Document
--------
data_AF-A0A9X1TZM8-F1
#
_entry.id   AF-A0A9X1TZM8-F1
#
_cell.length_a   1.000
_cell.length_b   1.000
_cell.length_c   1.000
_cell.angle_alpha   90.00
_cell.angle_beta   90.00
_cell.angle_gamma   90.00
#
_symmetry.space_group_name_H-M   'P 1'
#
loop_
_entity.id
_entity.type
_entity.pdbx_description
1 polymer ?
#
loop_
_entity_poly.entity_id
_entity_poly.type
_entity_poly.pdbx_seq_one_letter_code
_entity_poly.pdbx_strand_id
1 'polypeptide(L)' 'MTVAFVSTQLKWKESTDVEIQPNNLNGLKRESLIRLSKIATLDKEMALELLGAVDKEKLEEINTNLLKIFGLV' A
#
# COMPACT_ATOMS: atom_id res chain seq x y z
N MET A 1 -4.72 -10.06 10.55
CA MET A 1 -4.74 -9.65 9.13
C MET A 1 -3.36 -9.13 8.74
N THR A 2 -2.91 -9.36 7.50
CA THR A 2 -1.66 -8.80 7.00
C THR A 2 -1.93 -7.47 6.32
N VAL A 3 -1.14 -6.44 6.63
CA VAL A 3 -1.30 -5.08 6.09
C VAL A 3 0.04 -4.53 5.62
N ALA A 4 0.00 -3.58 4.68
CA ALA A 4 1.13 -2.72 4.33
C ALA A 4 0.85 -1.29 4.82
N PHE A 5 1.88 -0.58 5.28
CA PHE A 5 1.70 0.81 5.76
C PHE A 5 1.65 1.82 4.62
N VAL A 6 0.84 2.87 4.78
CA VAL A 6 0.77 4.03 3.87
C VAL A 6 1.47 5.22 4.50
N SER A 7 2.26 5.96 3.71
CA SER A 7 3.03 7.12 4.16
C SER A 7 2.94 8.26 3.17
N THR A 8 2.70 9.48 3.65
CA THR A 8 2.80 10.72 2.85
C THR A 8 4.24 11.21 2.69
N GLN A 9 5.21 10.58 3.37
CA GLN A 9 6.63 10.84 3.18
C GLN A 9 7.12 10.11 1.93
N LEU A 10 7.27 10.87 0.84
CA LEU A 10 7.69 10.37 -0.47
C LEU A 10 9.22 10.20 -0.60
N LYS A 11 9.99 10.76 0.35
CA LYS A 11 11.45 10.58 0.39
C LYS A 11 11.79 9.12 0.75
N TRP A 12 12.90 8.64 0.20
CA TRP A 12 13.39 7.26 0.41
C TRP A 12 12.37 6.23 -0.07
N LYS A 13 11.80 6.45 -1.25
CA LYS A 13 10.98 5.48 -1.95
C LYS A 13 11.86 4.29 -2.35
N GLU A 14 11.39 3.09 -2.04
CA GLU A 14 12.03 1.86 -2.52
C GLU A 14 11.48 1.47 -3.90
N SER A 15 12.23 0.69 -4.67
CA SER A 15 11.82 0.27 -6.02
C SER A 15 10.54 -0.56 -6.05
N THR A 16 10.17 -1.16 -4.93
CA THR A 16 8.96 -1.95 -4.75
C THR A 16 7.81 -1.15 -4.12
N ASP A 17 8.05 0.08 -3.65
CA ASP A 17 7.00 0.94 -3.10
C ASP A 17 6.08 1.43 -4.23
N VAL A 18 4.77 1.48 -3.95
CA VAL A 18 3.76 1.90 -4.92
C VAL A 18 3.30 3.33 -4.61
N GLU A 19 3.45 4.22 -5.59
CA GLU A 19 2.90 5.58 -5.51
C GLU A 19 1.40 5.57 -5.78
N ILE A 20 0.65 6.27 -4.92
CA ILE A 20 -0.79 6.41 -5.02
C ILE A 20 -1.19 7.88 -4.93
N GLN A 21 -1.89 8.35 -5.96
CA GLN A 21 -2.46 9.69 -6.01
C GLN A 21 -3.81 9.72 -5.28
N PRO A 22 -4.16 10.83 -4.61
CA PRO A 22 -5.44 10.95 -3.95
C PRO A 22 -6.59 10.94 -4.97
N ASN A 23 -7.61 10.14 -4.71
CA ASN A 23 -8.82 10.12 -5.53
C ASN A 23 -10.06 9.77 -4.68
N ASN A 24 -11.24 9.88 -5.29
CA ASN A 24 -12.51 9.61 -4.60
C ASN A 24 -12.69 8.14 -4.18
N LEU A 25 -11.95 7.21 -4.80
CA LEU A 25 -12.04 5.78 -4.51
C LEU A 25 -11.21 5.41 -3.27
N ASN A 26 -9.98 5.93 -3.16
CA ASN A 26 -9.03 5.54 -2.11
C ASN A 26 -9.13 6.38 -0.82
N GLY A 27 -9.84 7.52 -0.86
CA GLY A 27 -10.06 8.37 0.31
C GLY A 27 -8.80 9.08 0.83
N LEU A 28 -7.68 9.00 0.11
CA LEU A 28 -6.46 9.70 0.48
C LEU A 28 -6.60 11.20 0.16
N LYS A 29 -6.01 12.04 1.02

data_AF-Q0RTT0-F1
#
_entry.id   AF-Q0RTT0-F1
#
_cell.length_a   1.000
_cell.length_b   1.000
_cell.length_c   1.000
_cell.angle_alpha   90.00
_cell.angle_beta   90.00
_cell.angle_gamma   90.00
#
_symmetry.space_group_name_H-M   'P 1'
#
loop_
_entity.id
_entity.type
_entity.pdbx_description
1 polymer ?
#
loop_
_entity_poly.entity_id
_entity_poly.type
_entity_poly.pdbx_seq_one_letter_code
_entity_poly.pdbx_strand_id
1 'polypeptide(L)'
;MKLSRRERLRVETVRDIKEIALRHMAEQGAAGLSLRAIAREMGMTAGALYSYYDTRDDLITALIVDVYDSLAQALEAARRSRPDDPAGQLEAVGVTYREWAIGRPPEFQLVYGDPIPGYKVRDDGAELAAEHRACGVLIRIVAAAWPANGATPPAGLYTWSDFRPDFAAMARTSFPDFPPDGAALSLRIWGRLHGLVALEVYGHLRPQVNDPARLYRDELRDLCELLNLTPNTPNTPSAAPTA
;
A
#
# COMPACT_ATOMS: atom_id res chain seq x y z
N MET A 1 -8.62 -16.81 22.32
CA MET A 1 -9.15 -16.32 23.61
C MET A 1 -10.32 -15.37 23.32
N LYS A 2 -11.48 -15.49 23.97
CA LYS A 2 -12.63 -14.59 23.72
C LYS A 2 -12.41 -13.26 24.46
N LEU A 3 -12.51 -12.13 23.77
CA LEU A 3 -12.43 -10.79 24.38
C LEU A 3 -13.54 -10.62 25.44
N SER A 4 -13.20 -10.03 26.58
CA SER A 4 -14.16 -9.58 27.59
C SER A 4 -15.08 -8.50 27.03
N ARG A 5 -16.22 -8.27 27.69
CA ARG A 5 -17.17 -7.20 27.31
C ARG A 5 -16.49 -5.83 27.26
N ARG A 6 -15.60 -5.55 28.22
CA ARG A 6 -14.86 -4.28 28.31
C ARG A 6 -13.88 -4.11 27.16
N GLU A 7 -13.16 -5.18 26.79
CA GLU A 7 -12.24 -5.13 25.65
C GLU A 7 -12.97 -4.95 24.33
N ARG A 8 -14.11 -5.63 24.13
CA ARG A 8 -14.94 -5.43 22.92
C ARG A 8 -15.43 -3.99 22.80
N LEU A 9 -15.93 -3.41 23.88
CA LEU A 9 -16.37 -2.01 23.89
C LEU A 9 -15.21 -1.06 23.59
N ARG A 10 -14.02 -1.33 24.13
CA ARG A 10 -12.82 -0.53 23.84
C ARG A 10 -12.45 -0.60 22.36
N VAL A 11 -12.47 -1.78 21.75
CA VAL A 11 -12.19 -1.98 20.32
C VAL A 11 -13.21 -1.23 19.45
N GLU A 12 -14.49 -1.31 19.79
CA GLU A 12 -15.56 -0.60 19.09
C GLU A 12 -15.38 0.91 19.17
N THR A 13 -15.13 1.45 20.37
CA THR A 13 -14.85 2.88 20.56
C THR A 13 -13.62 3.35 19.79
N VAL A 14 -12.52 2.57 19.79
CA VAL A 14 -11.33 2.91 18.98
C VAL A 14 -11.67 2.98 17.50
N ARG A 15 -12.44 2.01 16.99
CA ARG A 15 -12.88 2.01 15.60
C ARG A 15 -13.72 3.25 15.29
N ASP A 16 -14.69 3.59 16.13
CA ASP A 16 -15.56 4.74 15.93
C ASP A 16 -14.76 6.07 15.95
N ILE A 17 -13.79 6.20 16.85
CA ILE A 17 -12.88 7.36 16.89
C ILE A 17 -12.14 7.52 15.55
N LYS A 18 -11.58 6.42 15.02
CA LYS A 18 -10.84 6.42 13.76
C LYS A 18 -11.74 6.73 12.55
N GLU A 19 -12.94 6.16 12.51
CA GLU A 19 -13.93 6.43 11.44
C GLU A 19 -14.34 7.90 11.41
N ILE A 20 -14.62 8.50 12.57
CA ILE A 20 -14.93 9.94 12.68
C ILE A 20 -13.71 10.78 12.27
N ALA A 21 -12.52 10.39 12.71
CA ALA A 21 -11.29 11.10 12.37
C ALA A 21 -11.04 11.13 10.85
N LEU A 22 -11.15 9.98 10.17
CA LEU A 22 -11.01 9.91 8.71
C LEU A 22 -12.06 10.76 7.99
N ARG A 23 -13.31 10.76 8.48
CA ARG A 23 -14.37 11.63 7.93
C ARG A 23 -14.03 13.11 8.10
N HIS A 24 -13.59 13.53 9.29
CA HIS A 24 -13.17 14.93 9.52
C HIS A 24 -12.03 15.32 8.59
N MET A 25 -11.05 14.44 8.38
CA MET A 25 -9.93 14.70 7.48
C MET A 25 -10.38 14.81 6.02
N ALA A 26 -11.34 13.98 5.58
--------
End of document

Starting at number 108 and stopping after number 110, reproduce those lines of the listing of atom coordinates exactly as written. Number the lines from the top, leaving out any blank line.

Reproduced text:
C GLY A 27 -8.80 9.08 0.83
N LEU A 28 -7.68 9.00 0.11
CA LEU A 28 -6.46 9.70 0.48